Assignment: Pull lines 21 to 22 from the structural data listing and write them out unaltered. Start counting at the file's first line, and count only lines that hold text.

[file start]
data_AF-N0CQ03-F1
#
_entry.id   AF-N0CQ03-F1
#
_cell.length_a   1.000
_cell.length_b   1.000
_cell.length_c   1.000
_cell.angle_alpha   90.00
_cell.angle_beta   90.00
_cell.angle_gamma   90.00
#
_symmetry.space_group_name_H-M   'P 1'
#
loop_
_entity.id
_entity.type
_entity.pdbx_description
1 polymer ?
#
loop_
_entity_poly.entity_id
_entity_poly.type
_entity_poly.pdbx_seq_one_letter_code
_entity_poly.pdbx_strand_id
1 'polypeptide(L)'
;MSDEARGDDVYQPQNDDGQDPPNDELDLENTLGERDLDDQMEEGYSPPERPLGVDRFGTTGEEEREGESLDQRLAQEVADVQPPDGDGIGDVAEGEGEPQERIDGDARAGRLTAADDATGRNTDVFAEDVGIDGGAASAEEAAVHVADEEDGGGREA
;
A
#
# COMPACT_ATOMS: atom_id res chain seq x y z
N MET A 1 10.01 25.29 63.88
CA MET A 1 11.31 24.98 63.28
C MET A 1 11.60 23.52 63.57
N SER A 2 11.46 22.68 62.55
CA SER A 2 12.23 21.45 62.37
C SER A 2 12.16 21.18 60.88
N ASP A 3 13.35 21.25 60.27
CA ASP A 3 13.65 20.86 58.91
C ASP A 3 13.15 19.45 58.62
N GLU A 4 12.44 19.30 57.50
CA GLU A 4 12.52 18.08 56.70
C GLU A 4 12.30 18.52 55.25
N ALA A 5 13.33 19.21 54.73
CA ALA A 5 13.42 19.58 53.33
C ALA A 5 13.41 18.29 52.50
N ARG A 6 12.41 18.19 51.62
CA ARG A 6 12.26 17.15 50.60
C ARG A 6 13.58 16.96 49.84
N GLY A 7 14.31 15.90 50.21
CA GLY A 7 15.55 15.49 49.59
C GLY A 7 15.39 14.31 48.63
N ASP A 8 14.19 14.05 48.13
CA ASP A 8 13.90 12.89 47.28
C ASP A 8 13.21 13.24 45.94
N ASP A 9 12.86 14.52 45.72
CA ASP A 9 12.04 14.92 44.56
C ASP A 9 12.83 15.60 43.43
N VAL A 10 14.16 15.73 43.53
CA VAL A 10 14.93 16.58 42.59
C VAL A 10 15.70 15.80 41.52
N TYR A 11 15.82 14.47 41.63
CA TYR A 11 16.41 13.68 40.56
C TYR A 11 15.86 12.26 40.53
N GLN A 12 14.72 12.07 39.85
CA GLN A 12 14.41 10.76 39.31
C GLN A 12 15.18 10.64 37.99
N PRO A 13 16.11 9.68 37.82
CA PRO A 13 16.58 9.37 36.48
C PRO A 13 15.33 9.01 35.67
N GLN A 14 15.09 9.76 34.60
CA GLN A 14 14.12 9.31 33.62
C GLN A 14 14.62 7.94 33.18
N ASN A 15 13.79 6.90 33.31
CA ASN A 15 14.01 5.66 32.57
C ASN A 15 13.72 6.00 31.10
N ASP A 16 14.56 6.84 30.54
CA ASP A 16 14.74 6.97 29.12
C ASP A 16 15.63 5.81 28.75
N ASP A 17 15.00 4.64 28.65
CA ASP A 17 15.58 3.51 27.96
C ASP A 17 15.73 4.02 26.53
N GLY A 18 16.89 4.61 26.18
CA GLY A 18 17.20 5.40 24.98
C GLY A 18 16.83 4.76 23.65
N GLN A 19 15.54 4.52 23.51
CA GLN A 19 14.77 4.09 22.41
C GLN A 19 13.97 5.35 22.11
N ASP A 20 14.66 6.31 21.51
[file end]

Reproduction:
_entity_poly.entity_id
_entity_poly.type